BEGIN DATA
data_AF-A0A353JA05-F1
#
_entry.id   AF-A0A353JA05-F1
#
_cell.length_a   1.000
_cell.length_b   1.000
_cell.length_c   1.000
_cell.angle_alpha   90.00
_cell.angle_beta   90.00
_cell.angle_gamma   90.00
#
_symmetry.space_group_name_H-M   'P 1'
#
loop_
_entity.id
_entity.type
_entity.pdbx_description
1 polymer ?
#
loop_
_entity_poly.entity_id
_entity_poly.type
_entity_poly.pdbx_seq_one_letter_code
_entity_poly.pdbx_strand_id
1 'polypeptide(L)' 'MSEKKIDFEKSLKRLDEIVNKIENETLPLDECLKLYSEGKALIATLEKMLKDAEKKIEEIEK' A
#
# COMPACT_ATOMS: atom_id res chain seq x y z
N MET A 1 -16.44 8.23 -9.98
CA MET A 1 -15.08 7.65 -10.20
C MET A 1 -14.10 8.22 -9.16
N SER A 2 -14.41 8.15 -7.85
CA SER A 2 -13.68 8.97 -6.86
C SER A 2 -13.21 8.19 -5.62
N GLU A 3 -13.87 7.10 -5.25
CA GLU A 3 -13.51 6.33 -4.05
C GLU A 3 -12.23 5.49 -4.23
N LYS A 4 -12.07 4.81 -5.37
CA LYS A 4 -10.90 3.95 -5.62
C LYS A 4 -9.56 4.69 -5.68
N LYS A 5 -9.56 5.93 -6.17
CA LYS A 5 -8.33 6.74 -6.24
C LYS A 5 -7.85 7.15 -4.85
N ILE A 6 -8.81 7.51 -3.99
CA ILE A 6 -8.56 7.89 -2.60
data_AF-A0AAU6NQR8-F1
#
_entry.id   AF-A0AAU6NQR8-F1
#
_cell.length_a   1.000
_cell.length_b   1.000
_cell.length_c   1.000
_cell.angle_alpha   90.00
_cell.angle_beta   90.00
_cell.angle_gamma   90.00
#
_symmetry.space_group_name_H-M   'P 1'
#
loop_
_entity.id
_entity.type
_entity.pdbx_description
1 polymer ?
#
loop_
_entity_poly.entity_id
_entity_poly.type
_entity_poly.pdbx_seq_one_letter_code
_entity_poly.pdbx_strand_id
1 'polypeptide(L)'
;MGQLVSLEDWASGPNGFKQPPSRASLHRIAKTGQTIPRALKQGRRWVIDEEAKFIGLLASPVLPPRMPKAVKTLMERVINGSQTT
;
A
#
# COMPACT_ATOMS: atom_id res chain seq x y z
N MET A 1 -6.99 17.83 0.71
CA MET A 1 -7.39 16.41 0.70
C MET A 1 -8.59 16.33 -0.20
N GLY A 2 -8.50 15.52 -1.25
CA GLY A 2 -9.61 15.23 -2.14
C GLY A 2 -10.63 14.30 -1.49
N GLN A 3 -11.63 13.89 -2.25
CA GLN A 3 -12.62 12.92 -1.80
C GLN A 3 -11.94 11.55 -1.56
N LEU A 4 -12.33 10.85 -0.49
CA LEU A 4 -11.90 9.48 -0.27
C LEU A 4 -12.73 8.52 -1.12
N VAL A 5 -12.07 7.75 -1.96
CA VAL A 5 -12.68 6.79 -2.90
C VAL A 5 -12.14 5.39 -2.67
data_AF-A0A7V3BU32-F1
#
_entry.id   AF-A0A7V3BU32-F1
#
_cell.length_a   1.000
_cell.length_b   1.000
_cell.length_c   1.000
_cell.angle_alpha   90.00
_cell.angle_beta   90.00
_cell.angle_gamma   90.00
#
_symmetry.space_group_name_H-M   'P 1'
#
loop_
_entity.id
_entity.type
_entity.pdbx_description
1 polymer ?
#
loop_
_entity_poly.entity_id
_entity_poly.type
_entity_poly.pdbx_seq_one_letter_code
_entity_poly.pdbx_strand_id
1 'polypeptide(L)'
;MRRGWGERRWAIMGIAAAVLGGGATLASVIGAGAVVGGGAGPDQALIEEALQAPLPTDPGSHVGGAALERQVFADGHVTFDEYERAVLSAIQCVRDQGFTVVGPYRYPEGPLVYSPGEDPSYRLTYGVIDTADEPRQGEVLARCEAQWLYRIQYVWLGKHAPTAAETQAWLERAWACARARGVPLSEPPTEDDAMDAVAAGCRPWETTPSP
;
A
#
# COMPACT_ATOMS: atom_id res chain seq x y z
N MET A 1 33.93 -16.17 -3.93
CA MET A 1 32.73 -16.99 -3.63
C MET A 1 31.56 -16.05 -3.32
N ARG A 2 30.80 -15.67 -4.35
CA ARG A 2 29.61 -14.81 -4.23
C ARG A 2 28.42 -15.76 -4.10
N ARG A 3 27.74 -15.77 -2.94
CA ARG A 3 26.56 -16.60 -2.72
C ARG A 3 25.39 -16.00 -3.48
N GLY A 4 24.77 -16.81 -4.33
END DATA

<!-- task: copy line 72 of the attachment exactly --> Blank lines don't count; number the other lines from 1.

A